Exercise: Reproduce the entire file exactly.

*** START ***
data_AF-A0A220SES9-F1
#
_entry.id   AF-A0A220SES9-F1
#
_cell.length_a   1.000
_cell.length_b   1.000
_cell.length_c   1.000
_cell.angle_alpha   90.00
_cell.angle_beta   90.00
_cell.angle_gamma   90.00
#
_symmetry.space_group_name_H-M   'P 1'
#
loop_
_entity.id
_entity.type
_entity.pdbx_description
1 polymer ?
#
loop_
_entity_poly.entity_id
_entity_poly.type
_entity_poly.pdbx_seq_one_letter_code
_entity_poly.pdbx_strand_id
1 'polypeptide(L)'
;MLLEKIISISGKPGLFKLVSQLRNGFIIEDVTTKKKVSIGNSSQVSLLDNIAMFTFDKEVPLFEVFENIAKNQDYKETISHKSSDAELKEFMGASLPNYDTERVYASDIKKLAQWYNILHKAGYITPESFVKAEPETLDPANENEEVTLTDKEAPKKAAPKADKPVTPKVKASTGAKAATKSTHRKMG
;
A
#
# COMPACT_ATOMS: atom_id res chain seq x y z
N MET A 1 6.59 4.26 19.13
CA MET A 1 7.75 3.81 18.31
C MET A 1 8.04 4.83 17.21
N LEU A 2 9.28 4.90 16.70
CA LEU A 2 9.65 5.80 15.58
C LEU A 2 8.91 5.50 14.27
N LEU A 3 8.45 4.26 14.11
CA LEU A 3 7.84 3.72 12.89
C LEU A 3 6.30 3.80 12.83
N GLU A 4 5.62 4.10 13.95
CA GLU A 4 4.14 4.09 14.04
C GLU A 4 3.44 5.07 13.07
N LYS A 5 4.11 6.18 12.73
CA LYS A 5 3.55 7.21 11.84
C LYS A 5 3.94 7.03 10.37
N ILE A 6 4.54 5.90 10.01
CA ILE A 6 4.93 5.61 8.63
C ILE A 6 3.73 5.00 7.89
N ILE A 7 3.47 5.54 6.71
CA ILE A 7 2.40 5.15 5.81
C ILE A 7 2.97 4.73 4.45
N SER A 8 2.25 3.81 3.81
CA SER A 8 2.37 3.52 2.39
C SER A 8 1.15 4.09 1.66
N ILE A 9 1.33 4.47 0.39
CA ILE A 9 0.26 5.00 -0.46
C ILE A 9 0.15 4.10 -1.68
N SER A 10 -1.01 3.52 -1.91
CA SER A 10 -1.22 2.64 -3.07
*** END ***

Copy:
data_AF-A0A220SES9-F1
#
_entry.id   AF-A0A220SES9-F1
#
_cell.length_a   1.000
_cell.length_b   1.000
_cell.length_c   1.000
_cell.angle_alpha   90.00
_cell.angle_beta   90.00
_cell.angle_gamma   90.00
#
_symmetry.space_group_name_H-M   'P 1'
#
loop_
_entity.id
_entity.type
_entity.pdbx_description
1 polymer ?
#
loop_
_entity_poly.entity_id
_entity_poly.type
_entity_poly.pdbx_seq_one_letter_code
_entity_poly.pdbx_strand_id
1 'polypeptide(L)'
;MLLEKIISISGKPGLFKLVSQLRNGFIIEDVTTKKKVSIGNSSQVSLLDNIAMFTFDKEVPLFEVFENIAKNQDYKETISHKSSDAELKEFMGASLPNYDTERVYASDIKKLAQWYNILHKAGYITPESFVKAEPETLDPANENEEVTLTDKEAPKKAAPKADKPVTPKVKASTGAKAATKSTHRKMG
;
A
#
# COMPACT_ATOMS: atom_id res chain seq x y z
N MET A 1 6.59 4.26 19.13
CA MET A 1 7.75 3.81 18.31
C MET A 1 8.04 4.83 17.21
N LEU A 2 9.28 4.90 16.70
CA LEU A 2 9.65 5.80 15.58
C LEU A 2 8.91 5.50 14.27
N LEU A 3 8.45 4.26 14.11
CA LEU A 3 7.84 3.72 12.89
C LEU A 3 6.30 3.80 12.83
N GLU A 4 5.62 4.10 13.95
CA GLU A 4 4.14 4.09 14.04
C GLU A 4 3.44 5.07 13.07
N LYS A 5 4.11 6.18 12.73
CA LYS A 5 3.55 7.21 11.84
C LYS A 5 3.94 7.03 10.37
N ILE A 6 4.54 5.90 10.01
CA ILE A 6 4.93 5.61 8.63
C ILE A 6 3.73 5.00 7.89
N ILE A 7 3.47 5.54 6.71
CA ILE A 7 2.40 5.15 5.81
C ILE A 7 2.97 4.73 4.45
N SER A 8 2.25 3.81 3.81
CA SER A 8 2.37 3.52 2.39
C SER A 8 1.15 4.09 1.66
N ILE A 9 1.33 4.47 0.39
CA ILE A 9 0.26 5.00 -0.46
C ILE A 9 0.15 4.10 -1.68
N SER A 10 -1.01 3.52 -1.91
CA SER A 10 -1.22 2.64 -3.07